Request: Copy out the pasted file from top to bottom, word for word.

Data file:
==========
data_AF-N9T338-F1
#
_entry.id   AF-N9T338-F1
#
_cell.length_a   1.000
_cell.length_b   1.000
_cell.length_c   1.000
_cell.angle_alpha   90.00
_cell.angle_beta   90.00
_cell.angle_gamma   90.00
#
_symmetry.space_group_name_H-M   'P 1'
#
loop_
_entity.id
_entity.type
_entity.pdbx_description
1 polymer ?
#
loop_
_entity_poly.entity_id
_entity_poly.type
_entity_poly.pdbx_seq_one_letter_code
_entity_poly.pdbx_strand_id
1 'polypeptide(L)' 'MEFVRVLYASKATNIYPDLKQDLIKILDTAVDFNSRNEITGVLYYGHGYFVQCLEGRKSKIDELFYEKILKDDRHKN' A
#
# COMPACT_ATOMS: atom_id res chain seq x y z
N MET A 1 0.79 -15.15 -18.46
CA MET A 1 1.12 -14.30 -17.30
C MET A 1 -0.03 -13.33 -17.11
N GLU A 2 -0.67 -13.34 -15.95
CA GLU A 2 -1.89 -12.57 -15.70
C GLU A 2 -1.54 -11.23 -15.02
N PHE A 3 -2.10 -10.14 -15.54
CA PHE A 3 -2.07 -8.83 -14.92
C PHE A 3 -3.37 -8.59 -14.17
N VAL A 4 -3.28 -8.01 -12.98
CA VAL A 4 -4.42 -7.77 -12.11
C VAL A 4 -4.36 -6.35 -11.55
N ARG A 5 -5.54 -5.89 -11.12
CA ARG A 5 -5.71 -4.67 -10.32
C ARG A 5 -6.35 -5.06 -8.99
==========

data_AF-N9T338-F1
#
_entry.id   AF-N9T338-F1
#
_cell.length_a   1.000
_cell.length_b   1.000
_cell.length_c   1.000
_cell.angle_alpha   90.00
_cell.angle_beta   90.00
_cell.angle_gamma   90.00
#
_symmetry.space_group_name_H-M   'P 1'
#
loop_
_entity.id
_entity.type
_entity.pdbx_description
1 polymer ?
#
loop_
_entity_poly.entity_id
_entity_poly.type
_entity_poly.pdbx_seq_one_letter_code
_entity_poly.pdbx_strand_id
1 'polypeptide(L)' 'MEFVRVLYASKATNIYPDLKQDLIKILDTAVDFNSRNEITGVLYYGHGYFVQCLEGRKSKIDELFYEKILKDDRHKN' A
#
# COMPACT_ATOMS: atom_id res chain seq x y z
N MET A 1 0.79 -15.15 -18.46
CA MET A 1 1.12 -14.30 -17.30
C MET A 1 -0.03 -13.33 -17.11
N GLU A 2 -0.67 -13.34 -15.95
CA GLU A 2 -1.89 -12.57 -15.70
C GLU A 2 -1.54 -11.23 -15.02
N PHE A 3 -2.10 -10.14 -15.54
CA PHE A 3 -2.07 -8.83 -14.92
C PHE A 3 -3.37 -8.59 -14.17
N VAL A 4 -3.28 -8.01 -12.98
CA VAL A 4 -4.42 -7.77 -12.11
C VAL A 4 -4.36 -6.35 -11.55
N ARG A 5 -5.54 -5.89 -11.12
CA ARG A 5 -5.71 -4.67 -10.32
C ARG A 5 -6.35 -5.06 -8.99